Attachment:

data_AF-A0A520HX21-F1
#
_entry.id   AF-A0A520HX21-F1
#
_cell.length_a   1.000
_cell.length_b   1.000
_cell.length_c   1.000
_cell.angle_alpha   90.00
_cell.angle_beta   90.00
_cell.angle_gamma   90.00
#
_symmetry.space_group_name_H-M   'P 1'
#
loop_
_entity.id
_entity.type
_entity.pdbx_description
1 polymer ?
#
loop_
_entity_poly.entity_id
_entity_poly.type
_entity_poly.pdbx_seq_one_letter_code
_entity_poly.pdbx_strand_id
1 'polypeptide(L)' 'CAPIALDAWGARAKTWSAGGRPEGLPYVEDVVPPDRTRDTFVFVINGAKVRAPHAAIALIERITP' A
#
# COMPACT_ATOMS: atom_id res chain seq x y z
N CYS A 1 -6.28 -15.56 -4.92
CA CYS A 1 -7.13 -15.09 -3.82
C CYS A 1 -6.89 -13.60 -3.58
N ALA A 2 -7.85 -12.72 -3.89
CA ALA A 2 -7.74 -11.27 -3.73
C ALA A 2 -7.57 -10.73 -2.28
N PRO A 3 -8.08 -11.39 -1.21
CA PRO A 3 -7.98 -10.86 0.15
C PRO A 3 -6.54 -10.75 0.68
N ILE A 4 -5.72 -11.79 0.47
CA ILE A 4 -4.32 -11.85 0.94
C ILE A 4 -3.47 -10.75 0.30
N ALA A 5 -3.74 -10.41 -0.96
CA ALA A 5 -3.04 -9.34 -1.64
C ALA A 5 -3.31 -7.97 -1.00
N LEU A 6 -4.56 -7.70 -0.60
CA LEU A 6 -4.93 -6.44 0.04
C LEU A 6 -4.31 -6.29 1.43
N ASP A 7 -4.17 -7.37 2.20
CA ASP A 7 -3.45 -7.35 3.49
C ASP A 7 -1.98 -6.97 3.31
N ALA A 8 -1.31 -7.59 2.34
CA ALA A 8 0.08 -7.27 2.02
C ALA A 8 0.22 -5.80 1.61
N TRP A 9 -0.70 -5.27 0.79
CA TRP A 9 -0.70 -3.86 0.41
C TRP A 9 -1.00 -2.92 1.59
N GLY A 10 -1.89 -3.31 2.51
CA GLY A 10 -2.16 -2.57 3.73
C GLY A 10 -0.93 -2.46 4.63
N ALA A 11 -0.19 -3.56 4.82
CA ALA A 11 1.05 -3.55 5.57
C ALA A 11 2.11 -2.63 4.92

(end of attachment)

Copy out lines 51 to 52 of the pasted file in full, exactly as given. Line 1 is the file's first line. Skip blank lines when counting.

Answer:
C ALA A 8 0.22 -5.80 1.61
N TRP A 9 -0.70 -5.27 0.79